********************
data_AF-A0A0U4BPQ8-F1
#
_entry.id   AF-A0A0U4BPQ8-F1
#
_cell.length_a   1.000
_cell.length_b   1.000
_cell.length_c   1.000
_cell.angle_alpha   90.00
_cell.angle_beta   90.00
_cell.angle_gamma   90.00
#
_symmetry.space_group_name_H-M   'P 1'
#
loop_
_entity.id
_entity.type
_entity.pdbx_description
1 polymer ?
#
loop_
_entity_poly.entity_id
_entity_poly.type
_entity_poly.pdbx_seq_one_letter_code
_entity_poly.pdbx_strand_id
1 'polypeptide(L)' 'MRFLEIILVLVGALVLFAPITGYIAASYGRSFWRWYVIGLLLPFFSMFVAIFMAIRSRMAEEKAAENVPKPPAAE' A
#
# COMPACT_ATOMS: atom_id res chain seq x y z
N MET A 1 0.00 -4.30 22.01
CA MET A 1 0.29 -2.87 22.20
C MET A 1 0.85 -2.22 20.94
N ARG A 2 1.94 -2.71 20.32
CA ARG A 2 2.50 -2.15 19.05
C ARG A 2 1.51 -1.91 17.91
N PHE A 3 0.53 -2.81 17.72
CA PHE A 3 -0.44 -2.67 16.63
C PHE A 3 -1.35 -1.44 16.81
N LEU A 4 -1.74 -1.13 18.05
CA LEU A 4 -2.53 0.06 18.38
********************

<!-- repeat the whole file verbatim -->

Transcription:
data_AF-A0A0U4BPQ8-F1
#
_entry.id   AF-A0A0U4BPQ8-F1
#
_cell.length_a   1.000
_cell.length_b   1.000
_cell.length_c   1.000
_cell.angle_alpha   90.00
_cell.angle_beta   90.00
_cell.angle_gamma   90.00
#
_symmetry.space_group_name_H-M   'P 1'
#
loop_
_entity.id
_entity.type
_entity.pdbx_description
1 polymer ?
#
loop_
_entity_poly.entity_id
_entity_poly.type
_entity_poly.pdbx_seq_one_letter_code
_entity_poly.pdbx_strand_id
1 'polypeptide(L)' 'MRFLEIILVLVGALVLFAPITGYIAASYGRSFWRWYVIGLLLPFFSMFVAIFMAIRSRMAEEKAAENVPKPPAAE' A
#
# COMPACT_ATOMS: atom_id res chain seq x y z
N MET A 1 0.00 -4.30 22.01
CA MET A 1 0.29 -2.87 22.20
C MET A 1 0.85 -2.22 20.94
N ARG A 2 1.94 -2.71 20.32
CA ARG A 2 2.50 -2.15 19.05
C ARG A 2 1.51 -1.91 17.91
N PHE A 3 0.53 -2.81 17.72
CA PHE A 3 -0.44 -2.67 16.63
C PHE A 3 -1.35 -1.44 16.81
N LEU A 4 -1.74 -1.13 18.05
CA LEU A 4 -2.53 0.06 18.38